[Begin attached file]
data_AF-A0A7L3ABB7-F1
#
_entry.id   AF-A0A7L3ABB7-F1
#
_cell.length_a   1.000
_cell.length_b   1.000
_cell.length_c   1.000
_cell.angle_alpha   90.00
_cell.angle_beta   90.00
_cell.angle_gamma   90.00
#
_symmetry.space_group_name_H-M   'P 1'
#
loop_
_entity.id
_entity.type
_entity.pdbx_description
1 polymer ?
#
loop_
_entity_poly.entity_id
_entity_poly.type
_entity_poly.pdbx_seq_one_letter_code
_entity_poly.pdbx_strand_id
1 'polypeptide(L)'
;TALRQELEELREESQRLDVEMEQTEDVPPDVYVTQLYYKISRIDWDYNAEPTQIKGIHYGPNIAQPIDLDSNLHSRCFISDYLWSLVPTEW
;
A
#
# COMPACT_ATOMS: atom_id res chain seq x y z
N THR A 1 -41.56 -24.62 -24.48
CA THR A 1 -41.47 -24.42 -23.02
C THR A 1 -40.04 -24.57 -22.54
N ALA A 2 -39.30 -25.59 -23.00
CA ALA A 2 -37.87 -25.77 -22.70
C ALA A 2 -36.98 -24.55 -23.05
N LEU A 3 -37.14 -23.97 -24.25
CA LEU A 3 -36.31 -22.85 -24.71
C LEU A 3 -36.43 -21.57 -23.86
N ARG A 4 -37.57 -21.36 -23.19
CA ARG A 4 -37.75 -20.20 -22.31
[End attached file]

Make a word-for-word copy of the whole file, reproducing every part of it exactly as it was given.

data_AF-A0A7L3ABB7-F1
#
_entry.id   AF-A0A7L3ABB7-F1
#
_cell.length_a   1.000
_cell.length_b   1.000
_cell.length_c   1.000
_cell.angle_alpha   90.00
_cell.angle_beta   90.00
_cell.angle_gamma   90.00
#
_symmetry.space_group_name_H-M   'P 1'
#
loop_
_entity.id
_entity.type
_entity.pdbx_description
1 polymer ?
#
loop_
_entity_poly.entity_id
_entity_poly.type
_entity_poly.pdbx_seq_one_letter_code
_entity_poly.pdbx_strand_id
1 'polypeptide(L)'
;TALRQELEELREESQRLDVEMEQTEDVPPDVYVTQLYYKISRIDWDYNAEPTQIKGIHYGPNIAQPIDLDSNLHSRCFISDYLWSLVPTEW
;
A
#
# COMPACT_ATOMS: atom_id res chain seq x y z
N THR A 1 -41.56 -24.62 -24.48
CA THR A 1 -41.47 -24.42 -23.02
C THR A 1 -40.04 -24.57 -22.54
N ALA A 2 -39.30 -25.59 -23.00
CA ALA A 2 -37.87 -25.77 -22.70
C ALA A 2 -36.98 -24.55 -23.05
N LEU A 3 -37.14 -23.97 -24.25
CA LEU A 3 -36.31 -22.85 -24.71
C LEU A 3 -36.43 -21.57 -23.86
N ARG A 4 -37.57 -21.36 -23.19
CA ARG A 4 -37.75 -20.20 -22.31